In a new twist to the sometimes odd, often macabre, and endlessly controversial Jim Thorpe repatriation lawsuit, the Thorpe sons and their tribe have filed a cross appeal asking for monetary damages.

Three years ago, the plaintiffs, led by the late John Jack Thorpe, filed a lawsuit against the borough of Jim Thorpe seeking repatriation of the remains of Olympian Jim Thorpe and associated monetary damages under the Native American Graves Protection and Repatriation Act. Early in the case, the Third Circuit Court ruled that under NAGPRA, the plaintiffs were not entitled to monetary compensation.

The court's Summary Judgment held the borough of Jim Thorpe to be a museum, and therefore subject to the NAGPRA regulations. The borough of Jim Thorpe is appealing the decision.

On Monday, May 20, at 5:43 p.m., a copy of a cross-appeal was emailed to representatives of the litigants.

William Schwab, pro-bono attorney for the borough of Jim Thorpe, reviewed the filing and determined that the plaintiffs were appealing the court's earlier decision that they were not entitled to monetary compensation under NAGPRA, but were now asking for monetary compensation under the Civil Rights Act of 1983. The Act says that if a state denies a person their civil rights, those who deny such civil rights are liable for monetary damages.

"They keep saying that it is not about money," Schwab said. "But they keep coming back to it."

"Nothing that goes on here would shock me at this time," said Mike Sofranko, mayor of the Borough of Jim Thorpe. "I just think that the Borough Council and residents will continue to pursue the angles that we were advised to pursue."

"Oh good Lord,what is wrong with them?" said Michael Koehler, first family grandson of Jim Thorpe. "It has to be their lawyers that are driving the case and driving the decisions, or it's got to be Bob Wheeler."

Robert Wheeler wrote the first biography of Jim Thorpe, and has acted as an unofficial spokesman for the plaintiffs.

The cross-appeal was filed in the name of plaintiffs: Richard Thorpe, William Thorpe, and the Sac and Fox Nation of Oklahoma. The late John "Jack" Thorpe remains listed as an original plaintiff.

The appeal by the borough of Jim Thorpe raises questions related to the original trial such as: is it reasonable to consider the Borough of Jim Thorpe to be museum; has the borough of Jim Thorpe accepted federal funding; that the case did not place any financial harm against the Borough Jim Thorpe; and did the plaintiffs wait an unreasonable amount of time before filing the lawsuit? In addition, various parties have suggested that the NAGPRA law violates portions of the 1st, 4th and 14th Amendments to the U.S. Constitution.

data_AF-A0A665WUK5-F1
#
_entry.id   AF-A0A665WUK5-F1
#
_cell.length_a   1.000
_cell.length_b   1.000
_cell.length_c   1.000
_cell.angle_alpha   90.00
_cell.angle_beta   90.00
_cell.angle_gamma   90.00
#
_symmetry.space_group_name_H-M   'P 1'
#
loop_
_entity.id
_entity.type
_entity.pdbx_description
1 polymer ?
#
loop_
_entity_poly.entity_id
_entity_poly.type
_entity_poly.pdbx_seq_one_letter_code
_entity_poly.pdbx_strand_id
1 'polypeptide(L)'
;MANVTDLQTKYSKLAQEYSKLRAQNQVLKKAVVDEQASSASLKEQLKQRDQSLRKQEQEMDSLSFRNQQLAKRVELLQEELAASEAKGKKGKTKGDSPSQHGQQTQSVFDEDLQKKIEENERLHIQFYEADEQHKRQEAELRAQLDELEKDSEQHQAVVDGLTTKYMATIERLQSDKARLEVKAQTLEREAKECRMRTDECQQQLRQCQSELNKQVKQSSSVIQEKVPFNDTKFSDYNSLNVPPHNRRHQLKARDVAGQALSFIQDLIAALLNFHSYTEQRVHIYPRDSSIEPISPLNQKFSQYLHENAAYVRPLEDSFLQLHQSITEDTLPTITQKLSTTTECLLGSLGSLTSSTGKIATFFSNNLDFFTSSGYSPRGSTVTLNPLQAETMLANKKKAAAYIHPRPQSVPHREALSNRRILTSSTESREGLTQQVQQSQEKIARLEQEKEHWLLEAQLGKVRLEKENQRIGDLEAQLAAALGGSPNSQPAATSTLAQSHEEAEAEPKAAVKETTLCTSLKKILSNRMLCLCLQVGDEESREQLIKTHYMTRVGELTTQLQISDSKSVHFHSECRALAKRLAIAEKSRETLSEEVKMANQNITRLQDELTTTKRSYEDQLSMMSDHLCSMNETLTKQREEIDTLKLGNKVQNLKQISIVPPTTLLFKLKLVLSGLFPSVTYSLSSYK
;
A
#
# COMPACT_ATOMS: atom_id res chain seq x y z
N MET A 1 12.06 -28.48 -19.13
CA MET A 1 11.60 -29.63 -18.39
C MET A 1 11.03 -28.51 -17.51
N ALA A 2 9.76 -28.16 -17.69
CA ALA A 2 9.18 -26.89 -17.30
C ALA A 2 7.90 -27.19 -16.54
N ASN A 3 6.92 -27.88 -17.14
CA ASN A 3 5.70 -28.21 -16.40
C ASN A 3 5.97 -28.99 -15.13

According to Mayor Sofranko, the claim for monetary damages will be handled through the borough's insurer and will be represented by the Nanovic law firm.

The arguments for passing the law were for treating American Indians as equals under the law, said attorney Schwab. This has gone off in totally the wrong direction.

"Even the National Park Service has essentially said that NAGPRA was never intended to supersede the burial plans of the family," he continued. "It wasn't intended for this type of thing. I have an American Bar Association treatise on this that was written seven years ago that says that this law was not intended for a situation like Jim Thorpe. He even named Jim Thorpe in it."

"The whole thing is getting kind of sleazy," grandson Michael Koehler said. "That's the thing that bothers me."

Koehler Is angry that during the entire three-year phase of the initial lawsuit, no one associated with the court ever asked for an opinion from the family of Jim Thorpe's first wife. The lawsuit was brought by the family of Jim Thorpe's second wife over the decision by Jim Thorpe's third wife to bury him in the Borough of Jim Thorpe.

"I think a lot of the pressure placed on my brothers is coming from Wheeler, and maybe the tribe," Koehler said. "I have a feeling that the tribe wants to bury him on Sac and Fox ground - somewhere near their casinos."

Koehler and his brother John Thorpe are considering their own lawsuit so they would have some say in the matter.